Yoga source of relief for finals stress

As the semester comes to a close, student stress levels are rising. With final exams approaching, it seems as though classes pile on end–of–semester assignments, papers and projects. Almost every day becomes a deadline, and students often find themselves feeling as though they don’t have enough time to eat, sleep or even breathe. One way to deal with this stress is through the practice of yoga.

Yoga is a form of exercise that focuses on health of both the body and the mind, said Kathryn Fitzgerald, art director and co-owner of Amara Yoga, a yoga studio in Urbana. Yoga uses a series of poses to tone, strengthen, and align the body. Breathing techniques are also used to quiet and clear the mind. With the pressures that come from balancing a college student’s schedule, the benefits of yoga can stretch far.

There are several yoga outlets on campus for students aside from Amara Yoga, including various studios and student groups.

Amara Yoga opened in May 2009 and offers a variety of yoga classes for anyone who is interested. From hatha yoga to slow flow yoga, Amara offers classes in different styles and for all levels of experience. Some of their most popular classes include “Candlelight Yoga” and “Happy Hour Yoga,” Fitzgerald said.

“We have a lot of students who really like coming to ‘Candlelight Yoga’ on Wednesday nights. It’s absolutely beautiful and very relaxing,” she said. “A lot of students also come to ‘Happy Hour Yoga’ at 5:30 p.m. on Fridays. Instead of going out and drinking, you can come do yoga to fun music and be healthy instead of unhealthy.”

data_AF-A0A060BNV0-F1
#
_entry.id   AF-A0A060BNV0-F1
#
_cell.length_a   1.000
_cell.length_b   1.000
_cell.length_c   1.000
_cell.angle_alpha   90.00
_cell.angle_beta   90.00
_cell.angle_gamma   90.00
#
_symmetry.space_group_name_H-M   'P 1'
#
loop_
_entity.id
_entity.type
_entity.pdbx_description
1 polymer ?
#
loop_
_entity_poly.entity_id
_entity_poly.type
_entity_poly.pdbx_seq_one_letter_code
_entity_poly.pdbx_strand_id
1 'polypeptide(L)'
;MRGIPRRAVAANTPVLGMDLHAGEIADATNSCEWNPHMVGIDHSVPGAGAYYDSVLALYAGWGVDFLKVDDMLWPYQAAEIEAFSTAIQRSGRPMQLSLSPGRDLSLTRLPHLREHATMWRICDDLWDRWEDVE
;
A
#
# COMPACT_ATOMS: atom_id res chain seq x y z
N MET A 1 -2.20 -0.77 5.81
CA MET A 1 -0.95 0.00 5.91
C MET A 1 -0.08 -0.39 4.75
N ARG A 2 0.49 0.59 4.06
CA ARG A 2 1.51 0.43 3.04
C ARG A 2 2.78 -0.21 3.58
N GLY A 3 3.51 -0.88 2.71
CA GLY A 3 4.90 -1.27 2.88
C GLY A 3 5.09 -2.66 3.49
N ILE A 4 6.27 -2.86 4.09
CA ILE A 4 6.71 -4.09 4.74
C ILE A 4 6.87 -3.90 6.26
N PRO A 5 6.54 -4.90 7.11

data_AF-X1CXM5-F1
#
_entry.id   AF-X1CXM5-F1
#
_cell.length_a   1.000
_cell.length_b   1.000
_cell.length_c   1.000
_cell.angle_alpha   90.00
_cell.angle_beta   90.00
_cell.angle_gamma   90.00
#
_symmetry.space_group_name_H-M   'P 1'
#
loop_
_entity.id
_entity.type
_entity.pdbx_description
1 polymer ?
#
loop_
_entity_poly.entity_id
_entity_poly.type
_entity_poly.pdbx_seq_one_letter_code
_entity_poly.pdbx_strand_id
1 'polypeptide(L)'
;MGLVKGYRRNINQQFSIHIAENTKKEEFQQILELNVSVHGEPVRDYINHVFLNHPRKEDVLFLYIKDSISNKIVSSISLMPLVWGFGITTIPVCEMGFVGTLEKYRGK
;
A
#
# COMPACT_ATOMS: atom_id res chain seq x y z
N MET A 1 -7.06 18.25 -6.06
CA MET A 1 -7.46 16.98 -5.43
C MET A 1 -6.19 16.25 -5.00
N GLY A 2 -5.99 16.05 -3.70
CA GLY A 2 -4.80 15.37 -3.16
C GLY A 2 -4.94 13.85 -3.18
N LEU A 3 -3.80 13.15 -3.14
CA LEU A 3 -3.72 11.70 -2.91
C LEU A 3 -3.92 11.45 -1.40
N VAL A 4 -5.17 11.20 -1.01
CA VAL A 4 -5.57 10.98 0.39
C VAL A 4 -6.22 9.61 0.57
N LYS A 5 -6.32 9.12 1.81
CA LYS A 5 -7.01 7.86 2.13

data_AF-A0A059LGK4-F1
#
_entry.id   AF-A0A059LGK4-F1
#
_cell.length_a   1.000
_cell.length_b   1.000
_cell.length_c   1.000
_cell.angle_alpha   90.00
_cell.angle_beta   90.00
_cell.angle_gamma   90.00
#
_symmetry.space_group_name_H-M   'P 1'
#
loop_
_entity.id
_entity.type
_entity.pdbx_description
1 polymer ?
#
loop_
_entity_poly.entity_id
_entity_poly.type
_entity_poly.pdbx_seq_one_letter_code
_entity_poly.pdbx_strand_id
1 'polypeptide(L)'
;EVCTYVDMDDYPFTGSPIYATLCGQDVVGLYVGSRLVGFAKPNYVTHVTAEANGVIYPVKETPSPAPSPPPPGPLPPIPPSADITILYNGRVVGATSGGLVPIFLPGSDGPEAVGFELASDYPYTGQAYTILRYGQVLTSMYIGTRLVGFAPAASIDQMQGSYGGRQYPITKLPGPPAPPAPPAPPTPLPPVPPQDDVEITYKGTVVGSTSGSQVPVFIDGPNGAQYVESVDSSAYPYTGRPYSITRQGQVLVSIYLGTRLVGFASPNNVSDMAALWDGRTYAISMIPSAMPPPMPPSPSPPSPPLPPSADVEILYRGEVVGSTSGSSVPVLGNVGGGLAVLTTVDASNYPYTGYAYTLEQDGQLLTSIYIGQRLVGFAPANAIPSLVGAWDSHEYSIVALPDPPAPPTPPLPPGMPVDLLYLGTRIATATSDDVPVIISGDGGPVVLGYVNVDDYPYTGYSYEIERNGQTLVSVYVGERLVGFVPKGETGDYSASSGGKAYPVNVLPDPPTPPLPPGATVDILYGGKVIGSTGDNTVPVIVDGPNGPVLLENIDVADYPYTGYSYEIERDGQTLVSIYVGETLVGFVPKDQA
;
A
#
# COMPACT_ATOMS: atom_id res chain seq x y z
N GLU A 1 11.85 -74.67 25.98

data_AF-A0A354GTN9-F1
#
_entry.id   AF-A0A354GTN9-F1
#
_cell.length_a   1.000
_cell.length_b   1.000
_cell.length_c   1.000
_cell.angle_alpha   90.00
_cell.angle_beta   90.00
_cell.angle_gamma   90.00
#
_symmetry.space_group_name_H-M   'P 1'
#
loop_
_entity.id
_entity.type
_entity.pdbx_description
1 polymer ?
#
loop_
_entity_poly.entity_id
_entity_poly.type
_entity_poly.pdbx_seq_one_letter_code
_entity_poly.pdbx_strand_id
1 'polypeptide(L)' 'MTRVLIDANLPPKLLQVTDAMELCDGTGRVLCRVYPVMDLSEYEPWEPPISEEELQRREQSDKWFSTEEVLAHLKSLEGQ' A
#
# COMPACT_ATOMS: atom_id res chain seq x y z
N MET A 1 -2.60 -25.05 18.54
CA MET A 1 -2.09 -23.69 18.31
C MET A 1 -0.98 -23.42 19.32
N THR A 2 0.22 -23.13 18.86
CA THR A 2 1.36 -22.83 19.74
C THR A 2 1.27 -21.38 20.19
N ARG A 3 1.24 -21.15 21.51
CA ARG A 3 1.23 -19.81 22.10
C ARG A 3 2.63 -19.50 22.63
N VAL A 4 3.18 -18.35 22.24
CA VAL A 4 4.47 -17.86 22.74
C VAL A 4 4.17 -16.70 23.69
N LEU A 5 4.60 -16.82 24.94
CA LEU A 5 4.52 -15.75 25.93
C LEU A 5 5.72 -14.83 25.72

At Amara, costs are low and classes are offered with membership or drop-in fees. Fitzgerald said this is ideal for a college student’s busy schedule and small budget. Located at 300 S. Broadway Ave., Amara Yoga is in the Lincoln Square Mall and is relatively close to campus.

For those looking to be involved in a yoga club, both the Yoga and Meditation Club and Bhakti Yoga Club offer free yoga for students. The Yoga and Meditation Club practices Ashtanga Yoga at the Illini Union on Wednesdays from 4:30 to 6 p.m.

Dustin Kelly, graduate student, is treasurer of the Yoga and Meditation Club and has been teaching classes for almost four years.

“We offer the classes for free and we do that because yoga is everybody’s birthright,” Kelly said. “Everybody should be able to learn the practices of yoga and experience the benefits.”

The Yoga and Meditation Club is geared toward both the intermediate and beginner levels.

“It’s a practice that anybody can try,” Kelly said. “It’s simple enough and not overly physically demanding, so a beginner could try and do quite well.”

The Bhakti Yoga Club focuses more on the meditational side of yoga. New to campus this semester, the club is planning to meet more regularly in the spring. Rajiv Khattar, sophomore in Business and president of the club, said the Bhakti Yoga Club is not what students would normally expect.

“The meditation that we do is not necessarily just sitting and meditating,” Khattar said. “We focus on mantra.”

Mantra is a Sanskrit word, derived from the words “man,” meaning mind, and “tra,” meaning to deliver, he said.

“Delivering the mind means being able to elevate the mind to a state where, rather than having the hustle bustle of day to day life, it’s relaxed,” Khattar added.

Yoga classes are also offered at the Living Yoga Center at 707 West Main Street in Urbana, and at Campus Recreation Center East (CRCE).

“Yoga can be fun and uplifting or serious depending on what you want,” Fitzgerald said. “It’s a great way to focus and center yourself and find balance and peace. I think everyone should try it.”